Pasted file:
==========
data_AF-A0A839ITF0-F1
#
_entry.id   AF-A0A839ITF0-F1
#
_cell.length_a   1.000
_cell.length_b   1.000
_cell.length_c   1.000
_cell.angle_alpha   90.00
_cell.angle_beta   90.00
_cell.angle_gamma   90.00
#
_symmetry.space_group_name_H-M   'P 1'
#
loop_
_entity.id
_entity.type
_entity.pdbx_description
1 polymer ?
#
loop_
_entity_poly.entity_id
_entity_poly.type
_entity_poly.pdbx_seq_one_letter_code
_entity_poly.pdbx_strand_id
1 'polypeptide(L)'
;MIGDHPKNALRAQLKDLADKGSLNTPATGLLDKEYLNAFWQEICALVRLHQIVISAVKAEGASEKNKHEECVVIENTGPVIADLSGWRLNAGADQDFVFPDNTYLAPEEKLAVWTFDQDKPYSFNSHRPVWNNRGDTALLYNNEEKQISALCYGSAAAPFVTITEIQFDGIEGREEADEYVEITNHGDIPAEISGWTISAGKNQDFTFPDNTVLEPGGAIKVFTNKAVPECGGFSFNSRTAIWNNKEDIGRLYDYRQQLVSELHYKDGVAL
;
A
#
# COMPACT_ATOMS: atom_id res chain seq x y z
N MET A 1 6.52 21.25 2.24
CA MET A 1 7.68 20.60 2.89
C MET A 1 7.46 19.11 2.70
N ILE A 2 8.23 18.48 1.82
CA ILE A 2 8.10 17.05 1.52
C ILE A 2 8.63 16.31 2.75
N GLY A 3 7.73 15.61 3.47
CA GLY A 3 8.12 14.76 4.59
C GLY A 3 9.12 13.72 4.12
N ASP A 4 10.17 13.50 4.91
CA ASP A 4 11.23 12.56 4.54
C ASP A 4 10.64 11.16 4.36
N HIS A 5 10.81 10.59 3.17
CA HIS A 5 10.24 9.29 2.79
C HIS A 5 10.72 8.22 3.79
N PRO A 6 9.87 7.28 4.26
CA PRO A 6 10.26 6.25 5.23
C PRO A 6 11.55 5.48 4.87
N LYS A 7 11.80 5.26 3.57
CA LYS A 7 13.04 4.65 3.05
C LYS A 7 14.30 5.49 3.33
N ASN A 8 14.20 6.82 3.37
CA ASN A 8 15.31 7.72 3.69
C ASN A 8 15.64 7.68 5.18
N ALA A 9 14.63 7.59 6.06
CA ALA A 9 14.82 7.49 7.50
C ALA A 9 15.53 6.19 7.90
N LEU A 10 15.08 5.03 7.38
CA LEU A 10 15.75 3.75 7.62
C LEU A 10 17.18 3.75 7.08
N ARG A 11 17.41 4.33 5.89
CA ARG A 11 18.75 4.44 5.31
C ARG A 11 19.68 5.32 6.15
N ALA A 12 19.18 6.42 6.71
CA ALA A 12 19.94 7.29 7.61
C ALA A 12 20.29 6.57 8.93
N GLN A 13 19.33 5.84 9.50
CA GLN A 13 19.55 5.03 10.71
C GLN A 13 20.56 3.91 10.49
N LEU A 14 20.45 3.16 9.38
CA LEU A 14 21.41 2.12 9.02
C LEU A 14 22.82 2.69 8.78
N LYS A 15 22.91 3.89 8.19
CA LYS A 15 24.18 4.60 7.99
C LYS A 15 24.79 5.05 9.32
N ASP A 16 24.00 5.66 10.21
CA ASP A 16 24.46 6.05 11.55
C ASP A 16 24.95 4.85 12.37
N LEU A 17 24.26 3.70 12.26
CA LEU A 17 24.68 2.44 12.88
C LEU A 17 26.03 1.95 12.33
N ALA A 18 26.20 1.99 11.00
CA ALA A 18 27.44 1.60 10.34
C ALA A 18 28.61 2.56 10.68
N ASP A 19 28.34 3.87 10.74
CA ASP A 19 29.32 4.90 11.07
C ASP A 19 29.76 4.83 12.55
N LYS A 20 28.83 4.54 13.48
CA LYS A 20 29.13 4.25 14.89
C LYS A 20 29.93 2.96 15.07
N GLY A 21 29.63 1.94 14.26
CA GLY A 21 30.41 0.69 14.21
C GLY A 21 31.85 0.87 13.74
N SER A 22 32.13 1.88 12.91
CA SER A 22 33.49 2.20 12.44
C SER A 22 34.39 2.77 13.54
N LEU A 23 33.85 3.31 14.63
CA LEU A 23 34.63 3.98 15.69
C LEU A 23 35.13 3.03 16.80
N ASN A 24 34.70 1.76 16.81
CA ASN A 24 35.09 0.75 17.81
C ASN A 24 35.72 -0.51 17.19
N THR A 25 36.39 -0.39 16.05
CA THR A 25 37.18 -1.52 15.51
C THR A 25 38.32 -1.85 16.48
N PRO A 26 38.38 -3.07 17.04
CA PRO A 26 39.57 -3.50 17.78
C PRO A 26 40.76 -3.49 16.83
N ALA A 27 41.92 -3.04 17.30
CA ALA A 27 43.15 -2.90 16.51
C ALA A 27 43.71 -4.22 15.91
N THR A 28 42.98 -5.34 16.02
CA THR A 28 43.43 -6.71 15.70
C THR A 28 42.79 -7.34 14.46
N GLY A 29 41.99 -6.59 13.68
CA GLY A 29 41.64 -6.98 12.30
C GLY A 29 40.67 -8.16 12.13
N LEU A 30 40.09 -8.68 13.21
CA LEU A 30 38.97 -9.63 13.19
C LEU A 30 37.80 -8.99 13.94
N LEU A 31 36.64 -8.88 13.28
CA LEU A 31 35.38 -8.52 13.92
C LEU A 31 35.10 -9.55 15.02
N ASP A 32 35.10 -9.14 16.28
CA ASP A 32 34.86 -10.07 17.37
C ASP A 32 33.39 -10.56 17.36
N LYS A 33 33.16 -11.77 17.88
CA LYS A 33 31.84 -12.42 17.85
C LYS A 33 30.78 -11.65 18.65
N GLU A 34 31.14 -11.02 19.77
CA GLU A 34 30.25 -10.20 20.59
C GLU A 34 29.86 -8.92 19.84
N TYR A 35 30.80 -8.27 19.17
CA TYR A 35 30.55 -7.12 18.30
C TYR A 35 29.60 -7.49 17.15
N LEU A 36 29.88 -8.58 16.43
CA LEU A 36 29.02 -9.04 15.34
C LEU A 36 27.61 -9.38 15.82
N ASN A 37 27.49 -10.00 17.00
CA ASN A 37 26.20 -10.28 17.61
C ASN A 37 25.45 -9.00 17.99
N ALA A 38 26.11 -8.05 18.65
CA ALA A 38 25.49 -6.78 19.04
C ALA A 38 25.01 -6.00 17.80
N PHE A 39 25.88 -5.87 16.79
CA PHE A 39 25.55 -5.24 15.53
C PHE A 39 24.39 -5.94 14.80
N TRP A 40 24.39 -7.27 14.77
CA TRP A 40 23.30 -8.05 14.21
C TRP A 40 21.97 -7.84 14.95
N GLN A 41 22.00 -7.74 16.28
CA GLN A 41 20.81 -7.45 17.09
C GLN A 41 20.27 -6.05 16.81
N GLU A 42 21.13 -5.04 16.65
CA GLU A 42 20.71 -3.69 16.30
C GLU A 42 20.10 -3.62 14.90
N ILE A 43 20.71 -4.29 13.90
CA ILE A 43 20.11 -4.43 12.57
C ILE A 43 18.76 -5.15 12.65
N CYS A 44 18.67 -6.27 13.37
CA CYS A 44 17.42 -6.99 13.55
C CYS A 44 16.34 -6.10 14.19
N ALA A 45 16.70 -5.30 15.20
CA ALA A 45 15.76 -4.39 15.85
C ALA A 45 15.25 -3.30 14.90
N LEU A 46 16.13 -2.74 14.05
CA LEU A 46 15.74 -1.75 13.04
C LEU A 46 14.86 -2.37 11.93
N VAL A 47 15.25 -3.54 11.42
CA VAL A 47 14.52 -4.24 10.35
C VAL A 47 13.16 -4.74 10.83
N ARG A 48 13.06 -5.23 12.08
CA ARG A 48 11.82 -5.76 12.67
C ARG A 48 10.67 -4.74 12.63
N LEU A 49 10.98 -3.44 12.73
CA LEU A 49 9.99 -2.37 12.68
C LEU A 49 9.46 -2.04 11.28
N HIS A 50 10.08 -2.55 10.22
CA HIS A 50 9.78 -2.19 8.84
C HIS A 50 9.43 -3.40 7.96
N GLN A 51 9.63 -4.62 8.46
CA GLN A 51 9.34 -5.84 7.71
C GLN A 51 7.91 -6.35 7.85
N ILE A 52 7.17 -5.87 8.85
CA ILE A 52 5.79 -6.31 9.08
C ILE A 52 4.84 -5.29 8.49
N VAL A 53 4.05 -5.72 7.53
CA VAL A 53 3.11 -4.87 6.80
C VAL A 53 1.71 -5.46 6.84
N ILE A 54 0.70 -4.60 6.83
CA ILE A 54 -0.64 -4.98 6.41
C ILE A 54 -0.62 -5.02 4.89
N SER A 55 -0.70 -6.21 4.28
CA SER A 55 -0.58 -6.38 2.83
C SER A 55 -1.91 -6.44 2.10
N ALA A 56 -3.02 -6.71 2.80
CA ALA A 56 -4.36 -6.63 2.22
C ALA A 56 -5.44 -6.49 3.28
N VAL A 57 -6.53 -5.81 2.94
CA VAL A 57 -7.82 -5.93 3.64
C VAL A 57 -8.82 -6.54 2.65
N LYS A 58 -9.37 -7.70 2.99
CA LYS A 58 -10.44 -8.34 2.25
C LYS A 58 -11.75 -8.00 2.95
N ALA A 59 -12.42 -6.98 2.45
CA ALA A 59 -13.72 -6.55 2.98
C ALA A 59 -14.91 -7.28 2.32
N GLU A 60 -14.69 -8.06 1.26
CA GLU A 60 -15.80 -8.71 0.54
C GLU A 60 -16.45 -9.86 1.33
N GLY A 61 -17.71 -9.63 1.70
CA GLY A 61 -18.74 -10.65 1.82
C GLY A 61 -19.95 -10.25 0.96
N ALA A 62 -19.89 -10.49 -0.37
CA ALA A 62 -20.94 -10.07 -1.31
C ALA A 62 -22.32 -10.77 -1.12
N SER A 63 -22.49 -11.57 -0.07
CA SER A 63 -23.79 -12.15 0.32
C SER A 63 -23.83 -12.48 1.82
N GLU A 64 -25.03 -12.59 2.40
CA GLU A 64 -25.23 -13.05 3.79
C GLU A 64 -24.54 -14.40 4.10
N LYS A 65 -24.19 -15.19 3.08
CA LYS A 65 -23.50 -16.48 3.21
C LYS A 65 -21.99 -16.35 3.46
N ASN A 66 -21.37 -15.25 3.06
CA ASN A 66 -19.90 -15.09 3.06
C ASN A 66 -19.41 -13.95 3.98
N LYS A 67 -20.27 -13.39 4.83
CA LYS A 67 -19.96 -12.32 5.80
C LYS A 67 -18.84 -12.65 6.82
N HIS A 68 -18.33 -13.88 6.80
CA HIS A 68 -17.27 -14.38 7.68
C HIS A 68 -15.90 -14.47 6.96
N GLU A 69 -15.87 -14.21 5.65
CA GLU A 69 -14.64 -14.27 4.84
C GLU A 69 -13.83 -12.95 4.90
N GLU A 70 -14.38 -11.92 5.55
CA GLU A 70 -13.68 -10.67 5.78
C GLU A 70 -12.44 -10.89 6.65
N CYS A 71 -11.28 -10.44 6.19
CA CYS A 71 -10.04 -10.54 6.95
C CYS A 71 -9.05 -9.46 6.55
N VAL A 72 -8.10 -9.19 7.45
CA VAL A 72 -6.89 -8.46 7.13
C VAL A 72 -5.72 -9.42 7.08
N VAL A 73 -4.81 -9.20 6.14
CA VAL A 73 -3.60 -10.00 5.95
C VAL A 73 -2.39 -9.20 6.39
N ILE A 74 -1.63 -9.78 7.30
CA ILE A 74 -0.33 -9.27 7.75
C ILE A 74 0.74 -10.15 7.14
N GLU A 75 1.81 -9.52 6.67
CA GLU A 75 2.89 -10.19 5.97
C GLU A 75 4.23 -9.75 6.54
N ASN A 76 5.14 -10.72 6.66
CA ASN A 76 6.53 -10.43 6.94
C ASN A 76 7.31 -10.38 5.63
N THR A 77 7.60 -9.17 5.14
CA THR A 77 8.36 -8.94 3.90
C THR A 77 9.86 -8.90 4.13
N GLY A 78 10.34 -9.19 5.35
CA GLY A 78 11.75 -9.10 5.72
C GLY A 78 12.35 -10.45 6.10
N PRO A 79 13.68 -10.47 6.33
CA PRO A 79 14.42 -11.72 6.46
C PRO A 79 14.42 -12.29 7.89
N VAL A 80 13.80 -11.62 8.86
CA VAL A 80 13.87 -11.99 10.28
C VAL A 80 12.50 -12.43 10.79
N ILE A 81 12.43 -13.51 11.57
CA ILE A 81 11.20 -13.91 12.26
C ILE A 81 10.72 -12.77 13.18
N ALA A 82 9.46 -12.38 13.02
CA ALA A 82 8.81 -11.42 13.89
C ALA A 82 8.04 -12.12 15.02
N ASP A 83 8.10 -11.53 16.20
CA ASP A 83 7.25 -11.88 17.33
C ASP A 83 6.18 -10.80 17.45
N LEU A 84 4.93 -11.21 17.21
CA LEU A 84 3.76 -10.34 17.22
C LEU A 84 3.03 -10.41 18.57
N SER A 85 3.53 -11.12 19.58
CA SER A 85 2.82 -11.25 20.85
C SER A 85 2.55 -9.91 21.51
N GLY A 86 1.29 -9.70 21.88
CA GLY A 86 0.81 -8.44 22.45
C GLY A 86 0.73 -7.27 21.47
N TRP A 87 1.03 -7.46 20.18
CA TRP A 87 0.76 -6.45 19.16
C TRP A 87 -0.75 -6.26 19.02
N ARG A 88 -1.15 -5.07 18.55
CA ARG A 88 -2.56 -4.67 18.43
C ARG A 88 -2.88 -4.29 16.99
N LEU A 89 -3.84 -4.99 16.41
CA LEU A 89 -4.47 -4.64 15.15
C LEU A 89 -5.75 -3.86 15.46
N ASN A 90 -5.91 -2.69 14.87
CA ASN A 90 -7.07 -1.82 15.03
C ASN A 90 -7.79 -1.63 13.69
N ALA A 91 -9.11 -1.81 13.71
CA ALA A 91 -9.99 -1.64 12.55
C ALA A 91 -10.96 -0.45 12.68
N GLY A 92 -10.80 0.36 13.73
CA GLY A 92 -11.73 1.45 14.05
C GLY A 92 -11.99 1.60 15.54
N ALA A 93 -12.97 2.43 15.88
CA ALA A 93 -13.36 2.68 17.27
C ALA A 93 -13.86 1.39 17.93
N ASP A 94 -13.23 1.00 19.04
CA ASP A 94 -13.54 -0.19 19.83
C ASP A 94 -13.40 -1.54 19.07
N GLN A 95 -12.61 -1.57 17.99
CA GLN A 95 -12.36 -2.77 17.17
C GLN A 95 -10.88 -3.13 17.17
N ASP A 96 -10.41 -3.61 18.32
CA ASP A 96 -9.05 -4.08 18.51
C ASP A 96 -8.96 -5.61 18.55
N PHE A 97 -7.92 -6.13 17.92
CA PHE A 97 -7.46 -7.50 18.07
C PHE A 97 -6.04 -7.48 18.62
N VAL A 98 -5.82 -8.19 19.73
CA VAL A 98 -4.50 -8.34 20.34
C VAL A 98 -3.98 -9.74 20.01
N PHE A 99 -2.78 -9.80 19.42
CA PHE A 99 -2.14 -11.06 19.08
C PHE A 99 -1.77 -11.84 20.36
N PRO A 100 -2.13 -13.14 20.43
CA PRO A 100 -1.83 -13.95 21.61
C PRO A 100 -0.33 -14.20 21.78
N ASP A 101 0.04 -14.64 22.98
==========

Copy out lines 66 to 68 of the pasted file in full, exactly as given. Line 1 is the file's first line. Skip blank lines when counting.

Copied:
C ALA A 12 20.29 6.57 8.93
N GLN A 13 19.33 5.84 9.50
CA GLN A 13 19.55 5.03 10.71